Welcome to Mock Draft two of three. Since the last mock, the hockey season has been whittled down to its nubs. The NHL is down to the Stanley Cup Final and I am writing, the Bruins and the Blues are knotted at one game apiece. Outside of those two teams, amateur hockey is through, with the Rouyn-Noranda Huskies of the QMJHL winning the annual Memorial Cup, knocking off the hosting Halifax Mooseheads in the process, after outlasting WHL champions Prince Albert Raiders and OHL titlists Guelph Storm. In the USHL, the Sioux Falls Stampede, um, stampeded their way to the Clark Cup championship. Sweden won the WU18 tournament on their home ice. Somewhat surprisingly, that was the first time that the Tre Kronor won that title. The AHL championship are just underway, but those players are all drafted and the outcome of that event will not play a role in draft order.
The NHL Draft Combine is currently underway, but the scouts all know what these players can do. The only uncertainty left is the order of the final two picks in the first round, as the Stanley Cup champion picks 31st and the runners-up get the 30th pick. Well, that’s not entirely true as we don’t know what trades will happen (there WILL be trades), or which GM will cut the cut of which prospect’s jib in the combine (and subsequent) interviews.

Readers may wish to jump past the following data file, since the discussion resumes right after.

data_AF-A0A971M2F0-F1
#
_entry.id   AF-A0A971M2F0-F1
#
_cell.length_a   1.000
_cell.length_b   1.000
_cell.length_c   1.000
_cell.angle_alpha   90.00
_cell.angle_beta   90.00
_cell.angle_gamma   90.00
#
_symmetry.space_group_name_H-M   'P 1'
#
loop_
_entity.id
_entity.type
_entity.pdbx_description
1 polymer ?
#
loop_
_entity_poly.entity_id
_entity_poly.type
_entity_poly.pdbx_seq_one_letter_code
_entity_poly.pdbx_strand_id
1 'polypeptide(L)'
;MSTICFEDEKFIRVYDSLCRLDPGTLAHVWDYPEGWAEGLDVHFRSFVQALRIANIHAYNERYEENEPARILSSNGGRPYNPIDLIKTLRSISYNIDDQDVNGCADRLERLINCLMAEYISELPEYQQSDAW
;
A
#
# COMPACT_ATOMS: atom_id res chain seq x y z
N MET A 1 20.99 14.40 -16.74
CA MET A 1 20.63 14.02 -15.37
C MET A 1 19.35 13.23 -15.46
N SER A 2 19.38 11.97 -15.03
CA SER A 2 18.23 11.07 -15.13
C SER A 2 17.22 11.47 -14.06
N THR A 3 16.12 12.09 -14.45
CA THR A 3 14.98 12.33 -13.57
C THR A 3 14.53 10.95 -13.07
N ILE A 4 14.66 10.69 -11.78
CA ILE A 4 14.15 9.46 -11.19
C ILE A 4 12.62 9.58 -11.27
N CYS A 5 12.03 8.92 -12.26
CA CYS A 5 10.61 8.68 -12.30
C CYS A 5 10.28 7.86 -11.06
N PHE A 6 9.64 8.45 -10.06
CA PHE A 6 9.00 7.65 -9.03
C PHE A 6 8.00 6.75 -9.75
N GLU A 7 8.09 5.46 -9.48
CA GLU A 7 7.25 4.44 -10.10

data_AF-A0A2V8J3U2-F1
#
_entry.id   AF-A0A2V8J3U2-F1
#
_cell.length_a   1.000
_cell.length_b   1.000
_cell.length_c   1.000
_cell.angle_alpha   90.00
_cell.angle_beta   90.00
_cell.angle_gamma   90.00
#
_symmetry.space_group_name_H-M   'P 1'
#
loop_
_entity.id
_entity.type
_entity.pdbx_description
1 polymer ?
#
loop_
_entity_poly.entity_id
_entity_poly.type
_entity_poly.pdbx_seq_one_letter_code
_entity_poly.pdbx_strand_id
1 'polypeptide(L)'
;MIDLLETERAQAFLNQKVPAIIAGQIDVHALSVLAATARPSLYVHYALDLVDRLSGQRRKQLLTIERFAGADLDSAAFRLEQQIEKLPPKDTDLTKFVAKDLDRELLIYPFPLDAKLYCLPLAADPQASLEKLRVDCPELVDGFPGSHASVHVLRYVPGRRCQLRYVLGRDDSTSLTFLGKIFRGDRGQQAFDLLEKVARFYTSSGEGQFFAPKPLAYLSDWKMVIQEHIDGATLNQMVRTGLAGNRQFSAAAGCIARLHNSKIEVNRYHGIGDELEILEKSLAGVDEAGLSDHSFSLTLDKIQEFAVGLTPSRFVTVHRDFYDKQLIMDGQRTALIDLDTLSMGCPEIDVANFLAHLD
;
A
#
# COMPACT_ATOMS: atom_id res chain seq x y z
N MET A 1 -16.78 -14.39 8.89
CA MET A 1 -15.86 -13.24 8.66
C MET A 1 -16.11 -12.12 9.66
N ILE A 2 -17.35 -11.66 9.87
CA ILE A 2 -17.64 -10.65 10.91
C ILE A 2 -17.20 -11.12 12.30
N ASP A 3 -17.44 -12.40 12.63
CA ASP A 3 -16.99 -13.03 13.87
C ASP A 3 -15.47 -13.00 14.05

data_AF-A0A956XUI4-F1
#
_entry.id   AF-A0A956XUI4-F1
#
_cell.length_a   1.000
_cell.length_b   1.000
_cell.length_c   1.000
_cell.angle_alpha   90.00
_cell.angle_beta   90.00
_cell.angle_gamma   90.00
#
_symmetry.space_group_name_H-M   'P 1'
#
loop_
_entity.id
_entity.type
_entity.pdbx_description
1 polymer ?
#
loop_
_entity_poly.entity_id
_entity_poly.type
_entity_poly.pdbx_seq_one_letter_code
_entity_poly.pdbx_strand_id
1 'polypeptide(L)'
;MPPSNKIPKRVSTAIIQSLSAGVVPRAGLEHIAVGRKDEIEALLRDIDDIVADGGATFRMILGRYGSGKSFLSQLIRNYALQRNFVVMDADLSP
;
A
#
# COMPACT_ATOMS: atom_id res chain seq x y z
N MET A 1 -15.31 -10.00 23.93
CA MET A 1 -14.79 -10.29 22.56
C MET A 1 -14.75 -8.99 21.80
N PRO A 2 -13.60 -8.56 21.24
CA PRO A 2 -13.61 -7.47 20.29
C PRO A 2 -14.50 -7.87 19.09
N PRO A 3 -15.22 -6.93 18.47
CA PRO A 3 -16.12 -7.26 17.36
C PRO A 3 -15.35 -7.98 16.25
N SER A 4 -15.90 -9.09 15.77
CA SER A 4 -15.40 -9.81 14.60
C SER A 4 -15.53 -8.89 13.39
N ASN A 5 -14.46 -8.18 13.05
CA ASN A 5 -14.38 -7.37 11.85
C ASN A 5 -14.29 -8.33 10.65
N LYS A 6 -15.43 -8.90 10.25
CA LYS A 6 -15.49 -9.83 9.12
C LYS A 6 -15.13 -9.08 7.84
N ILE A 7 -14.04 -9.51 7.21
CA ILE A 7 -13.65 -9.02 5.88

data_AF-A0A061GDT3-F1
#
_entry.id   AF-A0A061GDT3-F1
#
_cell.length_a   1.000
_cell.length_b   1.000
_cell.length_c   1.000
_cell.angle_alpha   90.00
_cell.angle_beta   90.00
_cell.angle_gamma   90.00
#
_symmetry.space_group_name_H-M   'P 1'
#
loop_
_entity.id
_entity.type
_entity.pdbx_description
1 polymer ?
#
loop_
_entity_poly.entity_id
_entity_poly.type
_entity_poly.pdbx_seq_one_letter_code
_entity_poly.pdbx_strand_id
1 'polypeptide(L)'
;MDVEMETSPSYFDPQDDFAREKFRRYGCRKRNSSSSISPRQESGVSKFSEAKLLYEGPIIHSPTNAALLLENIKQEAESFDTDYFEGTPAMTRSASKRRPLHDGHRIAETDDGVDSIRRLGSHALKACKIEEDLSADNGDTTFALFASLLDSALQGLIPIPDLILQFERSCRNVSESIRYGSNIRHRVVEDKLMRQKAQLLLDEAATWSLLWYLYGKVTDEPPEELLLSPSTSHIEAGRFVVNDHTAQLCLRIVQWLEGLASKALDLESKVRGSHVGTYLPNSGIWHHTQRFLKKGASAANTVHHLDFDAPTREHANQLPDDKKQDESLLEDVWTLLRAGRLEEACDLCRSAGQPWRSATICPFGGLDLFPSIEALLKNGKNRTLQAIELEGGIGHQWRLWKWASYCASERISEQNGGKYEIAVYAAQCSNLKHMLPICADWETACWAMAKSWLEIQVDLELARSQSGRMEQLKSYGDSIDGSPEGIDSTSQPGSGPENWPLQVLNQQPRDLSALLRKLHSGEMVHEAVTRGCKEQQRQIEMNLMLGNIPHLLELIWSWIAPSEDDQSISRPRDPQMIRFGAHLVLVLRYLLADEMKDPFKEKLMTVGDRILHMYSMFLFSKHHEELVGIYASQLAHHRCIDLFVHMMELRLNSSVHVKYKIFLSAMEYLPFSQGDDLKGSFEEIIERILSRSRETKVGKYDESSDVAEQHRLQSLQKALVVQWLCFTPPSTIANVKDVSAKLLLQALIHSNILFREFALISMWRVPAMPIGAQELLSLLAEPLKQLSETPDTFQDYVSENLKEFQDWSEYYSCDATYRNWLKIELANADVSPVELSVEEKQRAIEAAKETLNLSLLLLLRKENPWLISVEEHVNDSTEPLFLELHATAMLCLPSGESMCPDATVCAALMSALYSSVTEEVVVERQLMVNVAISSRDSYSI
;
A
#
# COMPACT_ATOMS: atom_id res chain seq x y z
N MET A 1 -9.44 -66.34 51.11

But we know that this is a very talented draft class. The top two players are pretty settled (I have around 75% confidence in the order as well) and there is a group of around 11 players following who could go in any practically any order and I wouldn’t complain. The talent level drops a bit after that, but there are still top half of the roster players to be found through the rest of the first round.
As a reminder, the players I am lining up with the teams is based on my knowledge of the drafting histories of the General Managers and Scouting Directors who pull the trigger on draft day and the organizational depth of the 31 teams. Of course, the mocks will also lean heavily on the scouting performed by the McKeen's Hockey international and domestic scouting staff, who have been providing scouting reports on the 31 players listed here, as well as many, many others who will hear their names called out between June 21 and 22 at the Rogers Arena in beautiful Vancouver, British Columbia. The McKeen's Draft Guide is available when you click here.